Welcome!

Hi! My name is Gordon White, I run the Blue Wave Taekwondo branch in Burlington Vermont. If you are interested in The Blue Wave Taekwondo Schools, please visit our Web site: The Blue Wave Taekwondo Association

Monday, June 25, 2007

we can rebuild him...

So I went in to see the doctor today - my hope was to get a splint, not a cast, and that is what happened! Power of positive thinking! (HA - to all you that snickered at me)

Here are a few photos, 2 X-Rays and one of the splint, you can see the T Plate and screws pretty well in the X - Rays. (Taken with Cell phone, so they are not great quality, and yes, my thumb really hooks out like that)


(Click for larger version)

Honestly, I feel like now the real challenge begins. I need to be able to make a fist by the time I leave for Korea, and I am no where near that right now, the Physical Therapist gave me some exercises and said if I am good about doing them I should see improvement in the next week or so...lets hope so...all I know, is the "exercises" hurt more then getting it broken.

After a 3 week lay off - I am headed into the gym to start working on forms right now...lets see how much I lost.

I will do my best to get a good Taekwondo post up here soon, I know, my own personal sob story is not nearly as interesting as Taekwondo drills.

Sunday, June 17, 2007

Korea, 1992, Basic Paddle Kicking

About 50% of the training at the high school, was the same everyday. Basic, or technique kicking was something we did everyday, sometimes twice a day. Here is a video clip demonstrating one session of this. There is nothing overly unique about it, and every team I visited in Korea had a very similar routine, first basic kicks in the air (single technique focused), followed by free kicking in the air. Then essentially the same thing on paddles, although the basic kicking on paddles was more combination focused.

Friday, June 08, 2007

Its never too late to make a mistake

So, my blogging will be slowed for a while as my typing skills have been cut to 50%.

if you are interested in the story....

I have been doing my best to suit up with my students for sparring over the last few months for several reasons. 1st - its fun, 2nd - helps me stay in shape and 3rd, as long as the rounds are not too long, I can still be a decent sparring partner for my competitors getting ready for nationals.

So, Wednesday i managed to get my fingers kicked hard enough to break them.(left ring and pinkie) After nearly 25 years of Taekwondo, you would think I would have learned to keep my hands closed, after lecturing my students to keep THEIR hands closed, you would think I would know better...not so much.


I have had my fingers jammed before, this was the same, just worse. Apparently the knuckle joint is involved, I am going in for a surgical consult on Monday...all I know is that one way or the other, the cast comes off prior to me leaving for Korea in July.

By the way, I highly recommend the new style WTF gloves as they are designed to help keep your hands closed.



yes, that was sarcastic. (I have them, just wasn't wearing them.)

Sunday, June 03, 2007

Korea 1991 - 92 and free Paddle Kicking

In 1991, I traveled to Korea to live for a year as a university student at Yonsei University.

Grandmaster Lee arranged for me to train at Sung Shil High School as it was being coached by one of his students, Grandmaster Lee Bae Gun. This high school was not as prestigious as some other famous Korean Taekwondo high school teams, but the training was great, and I spent about 25 hours a week at the gym with a group of dedicated athletes.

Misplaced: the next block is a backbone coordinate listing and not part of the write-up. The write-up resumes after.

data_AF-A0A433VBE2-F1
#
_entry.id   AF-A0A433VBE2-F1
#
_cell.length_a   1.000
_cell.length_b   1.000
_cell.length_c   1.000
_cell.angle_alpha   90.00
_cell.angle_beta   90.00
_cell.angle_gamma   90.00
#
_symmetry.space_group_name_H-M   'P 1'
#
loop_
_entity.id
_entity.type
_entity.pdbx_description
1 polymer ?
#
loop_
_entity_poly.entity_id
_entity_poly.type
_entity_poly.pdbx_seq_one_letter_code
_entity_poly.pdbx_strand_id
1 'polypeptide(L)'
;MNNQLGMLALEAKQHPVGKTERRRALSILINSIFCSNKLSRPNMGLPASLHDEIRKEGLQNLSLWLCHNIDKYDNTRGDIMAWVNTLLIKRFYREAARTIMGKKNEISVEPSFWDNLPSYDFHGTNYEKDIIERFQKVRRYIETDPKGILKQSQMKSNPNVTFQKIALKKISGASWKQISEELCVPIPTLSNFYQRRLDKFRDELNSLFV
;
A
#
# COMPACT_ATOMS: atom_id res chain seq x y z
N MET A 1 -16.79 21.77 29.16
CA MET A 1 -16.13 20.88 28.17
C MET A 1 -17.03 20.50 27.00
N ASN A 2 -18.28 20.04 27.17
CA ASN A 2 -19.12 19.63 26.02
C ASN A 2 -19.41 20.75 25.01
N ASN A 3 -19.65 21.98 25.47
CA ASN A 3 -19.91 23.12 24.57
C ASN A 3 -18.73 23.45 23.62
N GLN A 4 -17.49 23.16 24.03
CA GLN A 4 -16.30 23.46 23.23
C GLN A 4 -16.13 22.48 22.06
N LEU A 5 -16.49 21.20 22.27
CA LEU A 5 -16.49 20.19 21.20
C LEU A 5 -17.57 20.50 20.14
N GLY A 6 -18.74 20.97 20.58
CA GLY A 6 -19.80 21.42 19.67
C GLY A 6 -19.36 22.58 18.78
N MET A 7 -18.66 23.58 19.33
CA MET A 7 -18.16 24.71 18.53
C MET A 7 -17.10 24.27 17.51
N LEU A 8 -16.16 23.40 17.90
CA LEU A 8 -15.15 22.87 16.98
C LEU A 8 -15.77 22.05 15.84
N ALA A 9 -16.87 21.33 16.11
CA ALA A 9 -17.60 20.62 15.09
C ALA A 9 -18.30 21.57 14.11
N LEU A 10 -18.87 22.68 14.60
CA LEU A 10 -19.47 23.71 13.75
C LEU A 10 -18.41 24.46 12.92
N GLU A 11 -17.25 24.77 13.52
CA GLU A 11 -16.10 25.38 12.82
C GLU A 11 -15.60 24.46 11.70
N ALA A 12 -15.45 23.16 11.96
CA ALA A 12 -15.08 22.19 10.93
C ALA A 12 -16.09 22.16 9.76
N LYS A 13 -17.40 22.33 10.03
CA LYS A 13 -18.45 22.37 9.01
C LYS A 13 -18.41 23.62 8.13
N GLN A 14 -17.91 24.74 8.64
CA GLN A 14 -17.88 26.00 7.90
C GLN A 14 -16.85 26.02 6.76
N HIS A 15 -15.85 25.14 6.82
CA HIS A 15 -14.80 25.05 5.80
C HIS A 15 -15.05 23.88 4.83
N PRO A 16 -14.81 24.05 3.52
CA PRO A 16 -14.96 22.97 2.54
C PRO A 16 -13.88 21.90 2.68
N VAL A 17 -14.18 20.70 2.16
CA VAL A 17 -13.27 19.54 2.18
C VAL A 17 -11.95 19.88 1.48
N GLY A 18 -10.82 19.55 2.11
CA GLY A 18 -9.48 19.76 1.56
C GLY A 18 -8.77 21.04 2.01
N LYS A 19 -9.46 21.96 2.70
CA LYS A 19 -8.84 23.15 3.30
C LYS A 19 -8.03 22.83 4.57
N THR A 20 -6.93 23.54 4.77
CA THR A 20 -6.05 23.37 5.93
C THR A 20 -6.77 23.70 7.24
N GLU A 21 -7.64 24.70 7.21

The Team (can you pick me out? ;-) Coach Bae Gun Lee and myself.

A friend of mine, Joe Anastasi had graduated from college, was painting houses and working towards his black belt (he was a red belt at the time). I convinced him to come to Korea for the last 4 months of my trip. He did and joined me at the High School. Joe was suppose to be getting ready for his black belt testing at Kukkiwon at the end of his stay. The High School training was a competition team, we trained for sparring, so Joe, relied on myself for Poomsae practice in the basement of the Yonsei Dorm and once in a while at the Yonesei Foreigners Taekwondo program. (BTW: He was successful in his testing.)


From Left to Right, Joe, GM Bae Gun Lee, GM Tae Sung Lee, me.

I recently purchased this DVD called Taekwondo Training in Korea. The reason I purchased it (other then it was only $19.95)was because I thought it featured Kuk Hyun Chung. Widely considered the best Taekwondo competitor of all time. (Much argument will ensue now that Steven Lopez has matched his World Championship record, and has two Olympic Gold to his one.) While in Korea I had a chance to take a seminar with Kuk Hyun Chung. He was very impressive, and humble and....scary. Fast, powerful, truley in a league of his own, and he was retired at this point!.



This is after the seminar with Kuk Hyun Chung, he is in the middle, my roommate Richard is to his left, I am to his right. I am not sure who the student all the way on the left is, but all the way to the right is Peter Lee, now the Master Instructor for the Harvard Sport Taekwondo Program.

Watching this DVD encouraged me to look at a video that was made on one of Joe and my last days training at Sung Shil I have included a short clip of some free paddle kicking we did that day as a lead in to the next paddle kicking drill I will cover on the blog.



A better Quality version of the video can be seen here (8MB)

There is so much more to say about the year in Korea, I will come back to this topic, and include some more pictures and video. I developed lifelong friendships while there, not just with Joe, but, my roommate Richard, and Scott Trafton,(
many of you know Scott) who also spent the last 4 months of the year at Yonsei, and got his black belt at the Kukkiwon.